The problem of winter flotation and traction has obviously vexed humankind since the Ice Age. The biggest difference between three-season and winter hiking is the walking surface. Snow and ice require traction aids such as snowshoes, crampons, or hybrid traction devices. Snowshoes provide flotation so you can walk on top of snow and not sink with each step, an exhausting experience known as post-holing. Crampons and traction devices provide extra grip for walking on ice and compacted snow. They take up where snowshoes leave off and many winter hikers carry both types of traction on day hikes or overnight trips into the winter backcountry.
Lightweight traction devices typically feature short cleats, attached to an elastic band that you slide over your shoes or boots. Many winter hikers use these lightweight traction devices for hikes that require scrambling over ice-covered rock. When purchasing, look for durability and compatibility with all types of winter footwear.
If you want to use softer shoes (like trail runners) in winter — whether for trail running or racing, or simply because they're lighter than boots — you should consider these hybrid traction devices that are designed for less traditional winter footwear. Other designs include instep crampons and titanium hobnails you can screw into those soles of your shoes or boots.
Learn more: Traction device reviews
While lightweight traction devices are great for walking on icy trails, they don't provide sufficient traction for climbing and descending steep, ice-covered slopes. These conditions require crampons, a more aggressive traction device that has longer and sharper spikes and can penetrate into ice and give you a better foothold. You can choose among different types of crampons depending on your desired activity and the type of footwear you use. The general rule of thumb is that stiffer-soled boots are required for hiking or climbing steeper, more challenging terrain.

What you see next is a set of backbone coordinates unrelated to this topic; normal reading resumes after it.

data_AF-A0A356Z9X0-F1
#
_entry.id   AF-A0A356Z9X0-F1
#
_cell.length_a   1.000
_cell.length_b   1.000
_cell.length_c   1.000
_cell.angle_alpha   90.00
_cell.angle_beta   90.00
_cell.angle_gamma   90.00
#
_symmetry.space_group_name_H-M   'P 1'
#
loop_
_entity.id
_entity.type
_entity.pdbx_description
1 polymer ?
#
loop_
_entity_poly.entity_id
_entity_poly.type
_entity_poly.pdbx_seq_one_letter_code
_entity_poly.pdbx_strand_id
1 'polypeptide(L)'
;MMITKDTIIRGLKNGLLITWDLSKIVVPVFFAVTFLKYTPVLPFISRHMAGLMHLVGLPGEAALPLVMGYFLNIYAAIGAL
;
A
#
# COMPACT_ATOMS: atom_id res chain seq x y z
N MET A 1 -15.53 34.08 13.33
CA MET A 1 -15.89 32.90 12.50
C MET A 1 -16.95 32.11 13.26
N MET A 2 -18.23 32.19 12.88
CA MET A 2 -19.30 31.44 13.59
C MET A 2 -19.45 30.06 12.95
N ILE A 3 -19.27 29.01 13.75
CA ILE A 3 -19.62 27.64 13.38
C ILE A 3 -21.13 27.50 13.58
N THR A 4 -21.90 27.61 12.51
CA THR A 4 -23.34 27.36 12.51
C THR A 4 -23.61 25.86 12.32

Learn more: Crampon reviews and buying advice
If you're relatively new to the winter hiking scene and plan on hiking in fresh snow, you should probably buy a pair of snowshoes before investing in any other type of winter traction. In addition to providing flotation, modern snowshoes have metal teeth on their undersides, helping you to hike up hills on fresh snow or packed trails. Most snowshoe manufacturers offer a wide range, with models designed for everything from recreational snowshoeing to full-blown mountaineering.
Learn more: How to Choose Snowshoes